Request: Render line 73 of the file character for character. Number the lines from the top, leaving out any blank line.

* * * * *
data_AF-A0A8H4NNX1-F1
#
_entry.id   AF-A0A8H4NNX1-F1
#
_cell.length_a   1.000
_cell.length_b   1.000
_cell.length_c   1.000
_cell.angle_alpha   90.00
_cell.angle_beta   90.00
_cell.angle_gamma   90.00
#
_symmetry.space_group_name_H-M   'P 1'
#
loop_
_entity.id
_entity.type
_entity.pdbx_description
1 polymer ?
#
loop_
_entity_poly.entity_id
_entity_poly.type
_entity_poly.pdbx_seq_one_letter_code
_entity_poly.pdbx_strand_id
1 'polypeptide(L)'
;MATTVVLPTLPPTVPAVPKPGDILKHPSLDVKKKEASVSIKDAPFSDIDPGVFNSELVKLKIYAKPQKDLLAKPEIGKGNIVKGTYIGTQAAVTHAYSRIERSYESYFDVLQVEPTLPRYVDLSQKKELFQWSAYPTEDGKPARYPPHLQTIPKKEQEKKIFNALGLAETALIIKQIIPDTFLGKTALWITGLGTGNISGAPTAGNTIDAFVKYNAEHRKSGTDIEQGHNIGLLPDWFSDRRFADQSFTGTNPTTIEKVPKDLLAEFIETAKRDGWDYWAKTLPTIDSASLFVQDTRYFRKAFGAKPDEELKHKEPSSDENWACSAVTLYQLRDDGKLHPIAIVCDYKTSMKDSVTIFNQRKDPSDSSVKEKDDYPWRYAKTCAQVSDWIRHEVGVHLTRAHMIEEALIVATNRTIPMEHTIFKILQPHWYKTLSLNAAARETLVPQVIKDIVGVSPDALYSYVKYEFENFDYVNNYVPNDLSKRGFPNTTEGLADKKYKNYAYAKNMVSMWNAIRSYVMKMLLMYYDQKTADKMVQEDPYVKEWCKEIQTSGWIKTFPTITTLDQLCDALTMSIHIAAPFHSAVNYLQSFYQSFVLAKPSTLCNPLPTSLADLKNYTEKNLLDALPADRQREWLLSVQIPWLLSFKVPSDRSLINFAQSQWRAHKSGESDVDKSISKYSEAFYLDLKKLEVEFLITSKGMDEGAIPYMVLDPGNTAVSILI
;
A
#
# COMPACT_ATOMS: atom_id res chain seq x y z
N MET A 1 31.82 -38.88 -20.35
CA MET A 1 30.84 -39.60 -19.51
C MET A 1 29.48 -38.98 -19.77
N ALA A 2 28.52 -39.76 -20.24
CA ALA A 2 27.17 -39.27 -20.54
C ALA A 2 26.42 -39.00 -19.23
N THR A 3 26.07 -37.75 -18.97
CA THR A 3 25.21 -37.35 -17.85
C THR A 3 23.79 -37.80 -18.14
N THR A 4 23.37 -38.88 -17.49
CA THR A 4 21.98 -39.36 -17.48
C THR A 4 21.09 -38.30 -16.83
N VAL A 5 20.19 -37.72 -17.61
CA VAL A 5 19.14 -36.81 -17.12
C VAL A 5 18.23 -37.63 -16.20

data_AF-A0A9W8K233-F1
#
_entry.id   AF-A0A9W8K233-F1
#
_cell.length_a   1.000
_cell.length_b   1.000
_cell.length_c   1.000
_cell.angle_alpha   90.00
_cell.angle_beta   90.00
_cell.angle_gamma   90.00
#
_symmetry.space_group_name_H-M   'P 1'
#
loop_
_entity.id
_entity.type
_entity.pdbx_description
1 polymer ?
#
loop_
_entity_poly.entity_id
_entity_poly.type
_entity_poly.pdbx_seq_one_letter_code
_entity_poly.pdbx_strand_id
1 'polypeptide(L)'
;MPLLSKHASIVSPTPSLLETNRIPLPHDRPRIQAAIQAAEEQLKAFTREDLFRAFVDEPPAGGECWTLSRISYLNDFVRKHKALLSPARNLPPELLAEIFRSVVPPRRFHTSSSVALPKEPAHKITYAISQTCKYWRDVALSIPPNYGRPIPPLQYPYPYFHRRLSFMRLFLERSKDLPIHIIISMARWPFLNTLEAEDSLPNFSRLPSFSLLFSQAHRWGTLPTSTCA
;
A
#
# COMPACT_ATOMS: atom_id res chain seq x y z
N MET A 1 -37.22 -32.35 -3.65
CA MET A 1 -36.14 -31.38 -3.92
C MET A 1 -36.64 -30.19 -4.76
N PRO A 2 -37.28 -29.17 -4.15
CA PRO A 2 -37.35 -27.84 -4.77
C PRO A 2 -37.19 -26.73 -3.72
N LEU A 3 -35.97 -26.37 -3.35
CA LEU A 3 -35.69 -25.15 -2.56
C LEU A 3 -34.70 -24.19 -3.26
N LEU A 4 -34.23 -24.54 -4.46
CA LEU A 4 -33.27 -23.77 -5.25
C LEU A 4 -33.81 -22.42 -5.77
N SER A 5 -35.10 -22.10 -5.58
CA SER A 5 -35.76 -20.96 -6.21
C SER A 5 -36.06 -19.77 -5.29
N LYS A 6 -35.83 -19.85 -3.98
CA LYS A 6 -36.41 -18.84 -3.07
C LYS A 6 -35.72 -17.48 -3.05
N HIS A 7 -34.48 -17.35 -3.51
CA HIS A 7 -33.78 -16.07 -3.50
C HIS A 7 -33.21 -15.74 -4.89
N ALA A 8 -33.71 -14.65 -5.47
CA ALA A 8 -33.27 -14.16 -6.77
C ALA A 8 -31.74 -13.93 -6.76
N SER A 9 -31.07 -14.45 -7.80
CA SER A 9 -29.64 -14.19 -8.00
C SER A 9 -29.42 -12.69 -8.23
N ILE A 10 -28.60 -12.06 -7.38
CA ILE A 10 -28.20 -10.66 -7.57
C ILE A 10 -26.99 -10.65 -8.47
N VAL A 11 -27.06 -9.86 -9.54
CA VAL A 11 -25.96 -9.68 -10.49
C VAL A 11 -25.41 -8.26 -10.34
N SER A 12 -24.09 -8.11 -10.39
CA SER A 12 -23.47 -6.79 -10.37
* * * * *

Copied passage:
A